Ghanshyam Swarup obtained his BSc and MSc degrees from Kanpur University and then obtained PhD from Tata Institute of Fundamental Research (TIFR), Mumbai. Thereafter, he joined Vanderbilt University School of Medicine as Research Associate in the laboratory of Professor David L Garbers where he also worked in collaboration with Professor Stanley Cohen. This collaborative work started the search for protein tyrosine phosphatases. He joined the Centre for Cellular and Molecular Biology and continues to be Scientist there.
Academic and Research Achievements: Swarup has made notable contributions in the area of cellular signaling mechanisms. His pioneering work on protein tyrosine phosphatases showed that these were distinct enzymes which were different from phospho Ser/Thr phosphatases. Molecular cloning of a PTPase (at CCMB), which binds to DNA is a unique finding. Four different forms of this PTPase arise from a single gene by alternative splicing. The major splice forms differ in substrate specificity in vitro and in vivo, subcellular location and interaction with DNA. His work has shown that the nuclear isoform PTP-S2 is a positive regulator of cell division cycle and plays a role in G1 to S phase transition through c-Myc controlled pathway. The other major isoform PTP-S4 plays a role in controlling anchorage independent cell growth of tumor cells. PTP-S4/TC-48 isoform is localized to ER, ERGIC and Golgi and moves between these organelles through interaction with transmembrane proteins p23 and p25 (putative cargo receptors). These studies led to identification of the first cargo (PTP-S4/TC48) for the putative cargo receptors in mammalian cells. His work suggests a novel mechanism by which p53 activates transcription of components of cell death machinery involved in execution of programmed cell death. His work on the mechanism of gene activiation by interferon-? showed that interferon-? activates p73, a p53 family member, which contributes to caspase-1 promoter activation. His work on Src family tyrosine kinases showed their role in regulating actin cytoskeleton reorganization. More recently, he has started exploring the molecular mechanism of pathogenesis of glaucoma, an eye disease, which causes permanent blindness due to the death of retinal ganglion cells. His group in collaboration with LV Prasad Eye Institute, Hyderabad, has shown that the common mutation of optineurin, E50K, has acquired the ability to induce cell death selectively in retinal ganglion cells, which is mediated by oxidative stress. These findings raise the possibility of use of antioxidants for delaying, preventing, or controlling some forms of glaucoma. He also guided 16 PhD students.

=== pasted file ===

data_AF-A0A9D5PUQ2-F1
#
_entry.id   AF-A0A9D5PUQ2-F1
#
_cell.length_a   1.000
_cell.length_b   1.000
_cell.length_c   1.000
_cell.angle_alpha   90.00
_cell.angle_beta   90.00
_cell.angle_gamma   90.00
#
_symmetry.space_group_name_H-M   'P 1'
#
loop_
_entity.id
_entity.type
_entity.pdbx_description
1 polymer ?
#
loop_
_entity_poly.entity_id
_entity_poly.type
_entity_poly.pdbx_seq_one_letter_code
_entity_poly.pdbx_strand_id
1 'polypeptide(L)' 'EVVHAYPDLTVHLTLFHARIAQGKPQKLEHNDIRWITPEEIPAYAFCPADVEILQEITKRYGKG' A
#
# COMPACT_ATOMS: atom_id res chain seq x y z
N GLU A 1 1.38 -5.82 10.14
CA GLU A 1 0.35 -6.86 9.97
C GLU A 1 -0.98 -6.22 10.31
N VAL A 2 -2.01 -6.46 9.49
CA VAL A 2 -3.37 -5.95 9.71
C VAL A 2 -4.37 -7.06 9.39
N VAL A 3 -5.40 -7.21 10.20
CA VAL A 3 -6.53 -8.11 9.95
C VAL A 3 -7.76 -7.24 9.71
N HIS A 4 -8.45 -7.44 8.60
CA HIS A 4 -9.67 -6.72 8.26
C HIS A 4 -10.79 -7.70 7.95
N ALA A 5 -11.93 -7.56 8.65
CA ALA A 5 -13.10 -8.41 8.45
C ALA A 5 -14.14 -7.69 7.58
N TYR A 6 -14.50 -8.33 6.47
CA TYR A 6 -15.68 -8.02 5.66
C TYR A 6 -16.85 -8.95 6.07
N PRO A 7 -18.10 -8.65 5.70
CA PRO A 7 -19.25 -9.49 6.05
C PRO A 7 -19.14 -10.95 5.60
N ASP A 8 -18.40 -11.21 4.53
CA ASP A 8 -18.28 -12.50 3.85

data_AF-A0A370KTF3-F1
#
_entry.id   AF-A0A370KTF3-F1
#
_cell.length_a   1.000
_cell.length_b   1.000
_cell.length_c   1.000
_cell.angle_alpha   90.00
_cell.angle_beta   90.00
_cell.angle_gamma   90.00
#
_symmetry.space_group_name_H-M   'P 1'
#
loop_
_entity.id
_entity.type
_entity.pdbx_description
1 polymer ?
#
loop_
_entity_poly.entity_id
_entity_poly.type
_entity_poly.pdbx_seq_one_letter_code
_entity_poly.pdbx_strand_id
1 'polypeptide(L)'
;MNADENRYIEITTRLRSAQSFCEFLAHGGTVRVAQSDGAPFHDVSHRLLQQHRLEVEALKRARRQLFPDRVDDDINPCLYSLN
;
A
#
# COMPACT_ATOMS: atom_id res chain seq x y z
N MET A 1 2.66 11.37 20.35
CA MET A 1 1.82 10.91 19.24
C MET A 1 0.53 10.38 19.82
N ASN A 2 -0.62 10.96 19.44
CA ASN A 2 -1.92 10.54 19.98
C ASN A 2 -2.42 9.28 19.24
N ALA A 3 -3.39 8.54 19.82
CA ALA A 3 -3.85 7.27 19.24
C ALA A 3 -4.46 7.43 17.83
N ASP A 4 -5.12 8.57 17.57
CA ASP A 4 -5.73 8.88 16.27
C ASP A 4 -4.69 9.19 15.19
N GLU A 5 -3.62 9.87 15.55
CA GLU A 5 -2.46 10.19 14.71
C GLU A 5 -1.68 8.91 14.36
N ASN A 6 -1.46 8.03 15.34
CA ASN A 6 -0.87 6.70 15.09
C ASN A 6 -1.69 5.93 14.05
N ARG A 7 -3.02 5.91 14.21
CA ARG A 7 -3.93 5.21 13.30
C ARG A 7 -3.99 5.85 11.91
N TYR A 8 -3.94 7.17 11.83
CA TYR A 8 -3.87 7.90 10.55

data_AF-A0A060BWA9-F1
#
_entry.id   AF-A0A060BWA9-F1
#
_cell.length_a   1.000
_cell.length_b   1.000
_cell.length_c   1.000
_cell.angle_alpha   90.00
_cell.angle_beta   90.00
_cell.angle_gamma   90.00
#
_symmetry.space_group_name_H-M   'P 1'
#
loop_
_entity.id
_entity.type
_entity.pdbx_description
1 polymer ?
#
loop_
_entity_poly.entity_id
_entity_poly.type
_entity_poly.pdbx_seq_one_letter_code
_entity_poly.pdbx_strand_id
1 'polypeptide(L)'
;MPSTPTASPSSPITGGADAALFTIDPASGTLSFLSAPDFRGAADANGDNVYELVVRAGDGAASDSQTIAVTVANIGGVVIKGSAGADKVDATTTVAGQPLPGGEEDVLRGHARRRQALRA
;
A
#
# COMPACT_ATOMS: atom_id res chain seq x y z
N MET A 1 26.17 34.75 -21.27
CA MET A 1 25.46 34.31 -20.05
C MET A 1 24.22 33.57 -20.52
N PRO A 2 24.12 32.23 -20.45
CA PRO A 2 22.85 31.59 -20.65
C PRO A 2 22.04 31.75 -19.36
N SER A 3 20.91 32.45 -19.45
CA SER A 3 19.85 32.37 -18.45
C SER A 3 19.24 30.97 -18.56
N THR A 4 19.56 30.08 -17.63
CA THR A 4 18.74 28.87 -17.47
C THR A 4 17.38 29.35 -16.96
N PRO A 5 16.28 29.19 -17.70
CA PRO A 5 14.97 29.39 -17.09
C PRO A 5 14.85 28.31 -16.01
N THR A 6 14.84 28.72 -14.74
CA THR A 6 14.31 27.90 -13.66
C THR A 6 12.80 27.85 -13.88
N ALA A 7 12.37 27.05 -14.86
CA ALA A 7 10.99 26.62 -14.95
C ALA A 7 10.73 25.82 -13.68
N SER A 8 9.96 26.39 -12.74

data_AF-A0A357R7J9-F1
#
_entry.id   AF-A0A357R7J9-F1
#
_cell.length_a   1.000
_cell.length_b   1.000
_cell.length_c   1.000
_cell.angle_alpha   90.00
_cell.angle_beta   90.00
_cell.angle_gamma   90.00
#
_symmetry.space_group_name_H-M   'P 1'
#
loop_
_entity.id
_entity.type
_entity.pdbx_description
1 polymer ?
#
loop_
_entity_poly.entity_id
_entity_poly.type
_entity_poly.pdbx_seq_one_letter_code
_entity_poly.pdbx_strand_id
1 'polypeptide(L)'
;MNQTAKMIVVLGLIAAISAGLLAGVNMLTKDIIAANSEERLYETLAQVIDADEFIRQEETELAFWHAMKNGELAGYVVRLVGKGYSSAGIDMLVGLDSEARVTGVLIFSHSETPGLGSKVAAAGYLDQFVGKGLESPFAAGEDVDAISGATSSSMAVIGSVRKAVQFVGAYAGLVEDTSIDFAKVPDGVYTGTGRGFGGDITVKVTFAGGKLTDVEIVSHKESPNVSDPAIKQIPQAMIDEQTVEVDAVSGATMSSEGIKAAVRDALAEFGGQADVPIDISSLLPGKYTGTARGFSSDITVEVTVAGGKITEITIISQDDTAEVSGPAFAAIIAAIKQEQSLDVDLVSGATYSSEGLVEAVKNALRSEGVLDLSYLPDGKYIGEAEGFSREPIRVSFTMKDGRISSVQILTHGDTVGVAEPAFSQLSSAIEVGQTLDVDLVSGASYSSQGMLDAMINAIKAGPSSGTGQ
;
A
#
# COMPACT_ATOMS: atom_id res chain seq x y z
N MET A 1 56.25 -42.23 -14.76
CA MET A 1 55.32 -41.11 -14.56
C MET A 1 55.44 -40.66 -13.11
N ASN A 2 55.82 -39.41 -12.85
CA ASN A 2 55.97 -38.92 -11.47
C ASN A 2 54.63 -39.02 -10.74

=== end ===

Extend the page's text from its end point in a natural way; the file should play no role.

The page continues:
Awards and Honours: Dr Swarup was awarded SS Bhatnagar Prize (1996) and CSIR Young Scientist Award (1989). He was elected Fellow of Indian Academy of Sciences, Bangalore (1995). Dr Swarup was elected member of Guha Research Conference.